Thursday, May 30, 2013

Review: A Hundred Summers

Summary: Memorial Day, 1938: New York socialite Lily Dane has just returned with her family to the idyllic oceanfront community of Seaview, Rhode Island, expecting another placid summer season among the familiar traditions and friendships that sustained her after heartbreak.

That is, until Greenwalds decide to take up residence in Seaview.

Nick and Budgie Greenwald are an unwelcome specter from Lily’s past: her former best friend and her former fiancĂ©, now recently married—an event that set off a wildfire of gossip among the elite of Seaview, who have summered together for generations. Budgie’s arrival to restore her family’s old house puts her once more in the center of the community’s social scene, and she insinuates herself back into Lily's friendship with an overpowering talent for seduction...and an alluring acquaintance from their college days, Yankees pitcher Graham Pendleton. But the ties that bind Lily to Nick are too strong and intricate to ignore, and the two are drawn back into long-buried dreams, despite their uneasy secrets and many emotional obligations.

Under the scorching summer sun, the unexpected truth of Budgie and Nick’s marriage bubbles to the surface, and as a cataclysmic hurricane barrels unseen up the Atlantic and into New England, Lily and Nick must confront an emotional cyclone of their own, which will change their worlds forever. -- Putnam

A few months ago, I reviewed OVERSEAS by Beatriz Williams, and much to my surprise, I found that I enjoyed the novel. The premise didn't exactly appeal to me, but I appreciated Ms. Williams' writing style and storytelling abilities. However, when I read the description for her latest novel A HUNDRED SUMMERS, I had a feeling that this book would be right up my alley. And I was so right!

A HUNDRED SUMMERS tells the story of Lily Dane when she returns with her family to Seaview, Rhode Island for a peaceful summer vacation. However, her plans are turned upside-down when Nick and Budgie Greenwald, friends from her past, also show up in Seaview. Budgie was Lily's one-time best friend and Nick was her former fiance, and Lily has a difficult time facing both of them given their recent marriage and her attraction to Nick. Unfortunately, Seaview is a small town and it's hard not to run into each other on a regular basis.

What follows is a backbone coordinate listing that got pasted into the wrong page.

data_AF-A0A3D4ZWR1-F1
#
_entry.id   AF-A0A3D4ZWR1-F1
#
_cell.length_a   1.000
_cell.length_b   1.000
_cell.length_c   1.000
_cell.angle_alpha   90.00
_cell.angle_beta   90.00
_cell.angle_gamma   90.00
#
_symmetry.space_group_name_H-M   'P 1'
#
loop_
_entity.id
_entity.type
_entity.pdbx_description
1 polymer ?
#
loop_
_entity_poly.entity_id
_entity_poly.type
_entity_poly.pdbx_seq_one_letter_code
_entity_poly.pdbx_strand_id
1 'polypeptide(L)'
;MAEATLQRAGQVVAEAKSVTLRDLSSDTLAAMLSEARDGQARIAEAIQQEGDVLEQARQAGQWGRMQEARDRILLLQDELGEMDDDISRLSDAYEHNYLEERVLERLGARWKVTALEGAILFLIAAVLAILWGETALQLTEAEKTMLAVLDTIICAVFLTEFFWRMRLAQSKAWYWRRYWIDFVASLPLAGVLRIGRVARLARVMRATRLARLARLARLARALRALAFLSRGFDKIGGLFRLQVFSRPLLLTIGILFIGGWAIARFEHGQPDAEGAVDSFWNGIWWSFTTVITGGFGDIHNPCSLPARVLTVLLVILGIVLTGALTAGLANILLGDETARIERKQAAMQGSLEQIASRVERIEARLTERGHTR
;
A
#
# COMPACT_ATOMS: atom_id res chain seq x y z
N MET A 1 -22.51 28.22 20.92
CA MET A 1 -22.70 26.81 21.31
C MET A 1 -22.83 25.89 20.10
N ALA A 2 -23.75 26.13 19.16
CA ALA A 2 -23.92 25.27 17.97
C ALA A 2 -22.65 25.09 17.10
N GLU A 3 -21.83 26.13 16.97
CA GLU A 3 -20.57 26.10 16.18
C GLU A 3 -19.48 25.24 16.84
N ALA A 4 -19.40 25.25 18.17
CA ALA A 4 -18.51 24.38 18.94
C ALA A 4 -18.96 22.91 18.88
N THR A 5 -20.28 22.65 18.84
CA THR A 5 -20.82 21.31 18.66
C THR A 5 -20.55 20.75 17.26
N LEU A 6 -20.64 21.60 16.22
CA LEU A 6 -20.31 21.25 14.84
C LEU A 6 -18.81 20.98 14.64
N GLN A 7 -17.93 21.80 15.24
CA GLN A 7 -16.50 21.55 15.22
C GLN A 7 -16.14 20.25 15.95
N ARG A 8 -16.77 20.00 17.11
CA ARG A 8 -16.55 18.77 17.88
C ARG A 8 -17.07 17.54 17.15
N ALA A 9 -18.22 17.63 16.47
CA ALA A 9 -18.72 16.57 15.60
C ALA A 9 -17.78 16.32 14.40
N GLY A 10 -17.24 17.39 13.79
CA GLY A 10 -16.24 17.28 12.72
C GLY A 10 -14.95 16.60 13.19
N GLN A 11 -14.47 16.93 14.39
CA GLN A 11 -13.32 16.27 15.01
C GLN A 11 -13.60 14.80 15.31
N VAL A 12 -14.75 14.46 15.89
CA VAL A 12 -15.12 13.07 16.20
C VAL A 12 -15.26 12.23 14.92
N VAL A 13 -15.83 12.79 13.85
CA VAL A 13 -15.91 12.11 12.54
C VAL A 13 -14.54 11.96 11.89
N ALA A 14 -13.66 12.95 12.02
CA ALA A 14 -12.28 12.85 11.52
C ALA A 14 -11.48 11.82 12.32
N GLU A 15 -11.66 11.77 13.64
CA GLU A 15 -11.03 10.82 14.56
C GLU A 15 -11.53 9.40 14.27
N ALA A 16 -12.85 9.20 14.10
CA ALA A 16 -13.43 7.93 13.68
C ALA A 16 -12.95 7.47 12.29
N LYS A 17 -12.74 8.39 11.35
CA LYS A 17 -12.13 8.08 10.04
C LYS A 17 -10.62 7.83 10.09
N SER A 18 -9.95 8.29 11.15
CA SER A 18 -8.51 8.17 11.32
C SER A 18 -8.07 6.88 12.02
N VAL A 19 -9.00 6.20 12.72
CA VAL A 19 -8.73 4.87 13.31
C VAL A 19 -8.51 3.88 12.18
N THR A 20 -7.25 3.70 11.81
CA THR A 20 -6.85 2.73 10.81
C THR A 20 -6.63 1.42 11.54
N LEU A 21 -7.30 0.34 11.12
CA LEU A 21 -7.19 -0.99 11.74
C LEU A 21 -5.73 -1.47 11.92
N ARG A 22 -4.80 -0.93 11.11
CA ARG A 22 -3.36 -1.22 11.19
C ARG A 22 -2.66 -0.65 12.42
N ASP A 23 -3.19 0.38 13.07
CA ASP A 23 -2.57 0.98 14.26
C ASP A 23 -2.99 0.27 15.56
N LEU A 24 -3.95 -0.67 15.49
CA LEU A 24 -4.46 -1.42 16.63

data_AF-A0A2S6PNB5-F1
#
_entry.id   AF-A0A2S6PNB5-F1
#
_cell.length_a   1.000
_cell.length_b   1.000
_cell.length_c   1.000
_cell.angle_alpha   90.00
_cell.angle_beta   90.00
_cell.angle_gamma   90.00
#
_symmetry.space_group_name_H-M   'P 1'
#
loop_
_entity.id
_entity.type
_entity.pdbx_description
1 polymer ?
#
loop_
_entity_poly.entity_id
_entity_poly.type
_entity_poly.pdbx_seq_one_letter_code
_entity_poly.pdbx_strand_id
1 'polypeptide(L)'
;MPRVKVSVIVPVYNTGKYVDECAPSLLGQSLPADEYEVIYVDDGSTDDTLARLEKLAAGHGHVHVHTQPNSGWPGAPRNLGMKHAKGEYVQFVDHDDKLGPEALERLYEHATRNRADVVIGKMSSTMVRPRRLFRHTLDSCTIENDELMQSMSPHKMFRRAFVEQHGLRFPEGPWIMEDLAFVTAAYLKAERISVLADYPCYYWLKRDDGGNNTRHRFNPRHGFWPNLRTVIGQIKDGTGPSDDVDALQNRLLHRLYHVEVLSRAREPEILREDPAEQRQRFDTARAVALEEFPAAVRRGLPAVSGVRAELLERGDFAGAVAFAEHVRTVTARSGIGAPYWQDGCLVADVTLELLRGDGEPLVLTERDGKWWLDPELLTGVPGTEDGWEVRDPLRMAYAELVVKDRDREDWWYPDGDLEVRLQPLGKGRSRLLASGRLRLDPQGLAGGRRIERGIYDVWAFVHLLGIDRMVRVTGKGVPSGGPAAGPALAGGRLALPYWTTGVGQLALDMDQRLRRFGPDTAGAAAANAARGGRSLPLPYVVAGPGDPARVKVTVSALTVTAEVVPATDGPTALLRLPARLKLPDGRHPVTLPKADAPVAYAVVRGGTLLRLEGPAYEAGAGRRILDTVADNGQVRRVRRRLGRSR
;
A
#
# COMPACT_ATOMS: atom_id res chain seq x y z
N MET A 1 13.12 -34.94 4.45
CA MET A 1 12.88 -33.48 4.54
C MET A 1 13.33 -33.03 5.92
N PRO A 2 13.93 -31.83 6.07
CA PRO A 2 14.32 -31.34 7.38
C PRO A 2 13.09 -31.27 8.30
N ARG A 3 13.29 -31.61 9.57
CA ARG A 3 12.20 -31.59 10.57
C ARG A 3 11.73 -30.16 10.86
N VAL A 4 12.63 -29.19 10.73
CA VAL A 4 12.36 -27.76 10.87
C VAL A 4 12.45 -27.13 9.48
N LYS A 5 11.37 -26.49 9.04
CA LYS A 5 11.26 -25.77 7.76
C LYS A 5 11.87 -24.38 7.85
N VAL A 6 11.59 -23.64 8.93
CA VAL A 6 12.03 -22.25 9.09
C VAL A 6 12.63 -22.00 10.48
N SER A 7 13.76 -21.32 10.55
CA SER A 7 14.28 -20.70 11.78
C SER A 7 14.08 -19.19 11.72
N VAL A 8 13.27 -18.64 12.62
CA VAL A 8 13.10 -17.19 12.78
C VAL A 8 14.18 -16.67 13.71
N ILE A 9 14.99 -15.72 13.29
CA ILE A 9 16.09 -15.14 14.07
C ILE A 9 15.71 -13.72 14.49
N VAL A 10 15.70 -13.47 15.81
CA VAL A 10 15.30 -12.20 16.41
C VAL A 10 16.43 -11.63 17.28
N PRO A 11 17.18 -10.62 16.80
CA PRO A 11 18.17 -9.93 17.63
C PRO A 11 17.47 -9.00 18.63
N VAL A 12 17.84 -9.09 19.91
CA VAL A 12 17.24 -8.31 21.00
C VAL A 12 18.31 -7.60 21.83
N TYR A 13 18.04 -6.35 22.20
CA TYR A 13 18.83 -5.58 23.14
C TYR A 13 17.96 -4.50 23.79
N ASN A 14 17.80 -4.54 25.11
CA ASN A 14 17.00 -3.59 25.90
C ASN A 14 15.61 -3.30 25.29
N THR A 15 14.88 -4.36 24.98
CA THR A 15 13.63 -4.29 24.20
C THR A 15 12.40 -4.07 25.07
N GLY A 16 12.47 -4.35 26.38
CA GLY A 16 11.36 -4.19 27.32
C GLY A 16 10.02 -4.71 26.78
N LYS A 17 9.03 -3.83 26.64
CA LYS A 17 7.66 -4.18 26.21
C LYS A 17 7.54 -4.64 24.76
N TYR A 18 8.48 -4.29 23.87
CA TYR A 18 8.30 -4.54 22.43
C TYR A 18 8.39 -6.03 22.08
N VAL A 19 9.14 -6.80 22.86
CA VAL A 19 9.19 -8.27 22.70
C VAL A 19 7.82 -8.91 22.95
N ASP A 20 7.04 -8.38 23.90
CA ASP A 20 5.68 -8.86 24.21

As the summer progresses, Lily and Nick discover that they can't control their passions and Budgie becomes even more desperate to hold onto her husband. As a major hurricane approaches Seaview (both figuratively and literally), things become even more desperate for this trio.

You might have noticed that I left my description of the book pretty vague. And that's because I think it's best just to experience without knowing too much -- like I did. The story has many flashbacks to the past, and I admit to being a little confused about what had happened between 1931 and the 1938 summer at Seaview. There were obviously some secrets and many dramatic twists during those seven years, and I think Ms. Williams did a great job of gradually revealing the characters' pasts.

One this I loved about this book was the setting. I am a sucker for books that take place at the beach, and Seaview (a fictitious town, by the way) was so glamorous. I loved the descriptions of the clothes, hair and makeup; and I also appreciated how women were portrayed in this time period. Additionally, I was impressed with how the author incorporated the devastating 1938 hurricane into the story. It was apparent to me that she did a great deal of research on both the time period, the setting, and the hurricane.

I'm usually not a big fan of romance and drama, so I'm not exactly sure why I enjoyed A HUNDRED SUMMERS so much. Maybe I need the occasional fix now that I no longer watch afternoon soaps. Trust me when I tell you that this book was filled with drama and much of it was pretty scandalous and juicy. While I liked Lily and Nick (for the most part), I couldn't stand Budgie and her actions. I think I enjoyed her over-the-top behavior and had fun rooting against a bad guy (or in this case, a bad girl!) Furthermore, I liked the love triangle (or square?) and I enjoyed trying to figure out everyone's secrets.

If I had one small issue with the book, it's probably the ending. It's not that I didn't like it. Rather, I thought it kind of wrapped everything up a little too nicely. Having said that, I wasn't too disappointed since things did work out how I wanted!

I do think A HUNDRED SUMMERS would be a great book for your book club to discuss this summer, especially is you want a book with a beach setting. The characters and their interactions are fascinating and there is certainly the potential to delve into their lives. There are also some interesting themes to explore including friendship, betrayal, prejudice, secrets, marriage, adultery, forgiveness, love, and redemption.

A HUNDRED SUMMERS is a juicy read and a wonderful book to throw in your beach bag this summer.

Thanks to the publisher for providing a review copy of this novel.


Laura Fabiani said...

I have this one on audio and looking forward to listening to it by the pool!

bermudaonion said...

This does sound full of drama but that would keep me turning the pages. I will probably like the neat ending.